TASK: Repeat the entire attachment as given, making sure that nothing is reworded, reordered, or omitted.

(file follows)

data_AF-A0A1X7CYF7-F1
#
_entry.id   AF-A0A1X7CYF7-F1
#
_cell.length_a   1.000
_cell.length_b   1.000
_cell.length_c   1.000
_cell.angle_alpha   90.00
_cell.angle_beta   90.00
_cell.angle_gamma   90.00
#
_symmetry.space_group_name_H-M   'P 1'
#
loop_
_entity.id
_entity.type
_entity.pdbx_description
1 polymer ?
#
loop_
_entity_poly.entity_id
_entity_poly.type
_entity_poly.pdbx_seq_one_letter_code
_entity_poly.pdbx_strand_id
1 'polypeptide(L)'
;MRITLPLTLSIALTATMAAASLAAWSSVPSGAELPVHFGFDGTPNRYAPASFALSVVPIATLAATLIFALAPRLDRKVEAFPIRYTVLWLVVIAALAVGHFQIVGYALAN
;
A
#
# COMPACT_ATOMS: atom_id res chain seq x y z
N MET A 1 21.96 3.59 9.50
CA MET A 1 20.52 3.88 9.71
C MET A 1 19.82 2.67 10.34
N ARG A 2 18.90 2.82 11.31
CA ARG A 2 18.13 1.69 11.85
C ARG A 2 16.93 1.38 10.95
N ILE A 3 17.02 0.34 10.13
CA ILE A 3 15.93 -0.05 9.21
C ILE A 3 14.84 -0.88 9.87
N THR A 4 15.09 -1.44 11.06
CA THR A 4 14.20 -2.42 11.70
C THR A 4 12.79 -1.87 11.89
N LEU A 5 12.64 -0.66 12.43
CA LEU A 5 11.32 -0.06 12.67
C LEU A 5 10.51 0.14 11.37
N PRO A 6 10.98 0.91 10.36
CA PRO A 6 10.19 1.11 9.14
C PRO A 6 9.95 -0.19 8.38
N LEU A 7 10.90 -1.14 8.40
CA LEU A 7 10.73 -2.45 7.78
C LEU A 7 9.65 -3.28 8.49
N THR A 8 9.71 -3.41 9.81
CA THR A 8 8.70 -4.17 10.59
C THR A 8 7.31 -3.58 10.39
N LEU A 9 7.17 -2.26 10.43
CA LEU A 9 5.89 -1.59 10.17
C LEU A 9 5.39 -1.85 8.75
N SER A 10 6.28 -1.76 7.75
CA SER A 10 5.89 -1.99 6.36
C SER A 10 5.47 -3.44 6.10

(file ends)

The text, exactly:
data_AF-A0A1X7CYF7-F1
#
_entry.id   AF-A0A1X7CYF7-F1
#
_cell.length_a   1.000
_cell.length_b   1.000
_cell.length_c   1.000
_cell.angle_alpha   90.00
_cell.angle_beta   90.00
_cell.angle_gamma   90.00
#
_symmetry.space_group_name_H-M   'P 1'
#
loop_
_entity.id
_entity.type
_entity.pdbx_description
1 polymer ?
#
loop_
_entity_poly.entity_id
_entity_poly.type
_entity_poly.pdbx_seq_one_letter_code
_entity_poly.pdbx_strand_id
1 'polypeptide(L)'
;MRITLPLTLSIALTATMAAASLAAWSSVPSGAELPVHFGFDGTPNRYAPASFALSVVPIATLAATLIFALAPRLDRKVEAFPIRYTVLWLVVIAALAVGHFQIVGYALAN
;
A
#
# COMPACT_ATOMS: atom_id res chain seq x y z
N MET A 1 21.96 3.59 9.50
CA MET A 1 20.52 3.88 9.71
C MET A 1 19.82 2.67 10.34
N ARG A 2 18.90 2.82 11.31
CA ARG A 2 18.13 1.69 11.85
C ARG A 2 16.93 1.38 10.95
N ILE A 3 17.02 0.34 10.13
CA ILE A 3 15.93 -0.05 9.21
C ILE A 3 14.84 -0.88 9.87
N THR A 4 15.09 -1.44 11.06
CA THR A 4 14.20 -2.42 11.70
C THR A 4 12.79 -1.87 11.89
N LEU A 5 12.64 -0.66 12.43
CA LEU A 5 11.32 -0.06 12.67
C LEU A 5 10.51 0.14 11.37
N PRO A 6 10.98 0.91 10.36
CA PRO A 6 10.19 1.11 9.14
C PRO A 6 9.95 -0.19 8.38
N LEU A 7 10.90 -1.14 8.40
CA LEU A 7 10.73 -2.45 7.78
C LEU A 7 9.65 -3.28 8.49
N THR A 8 9.71 -3.41 9.81
CA THR A 8 8.70 -4.17 10.59
C THR A 8 7.31 -3.58 10.39
N LEU A 9 7.17 -2.26 10.43
CA LEU A 9 5.89 -1.59 10.17
C LEU A 9 5.39 -1.85 8.75
N SER A 10 6.28 -1.76 7.75
CA SER A 10 5.89 -1.99 6.36
C SER A 10 5.47 -3.44 6.10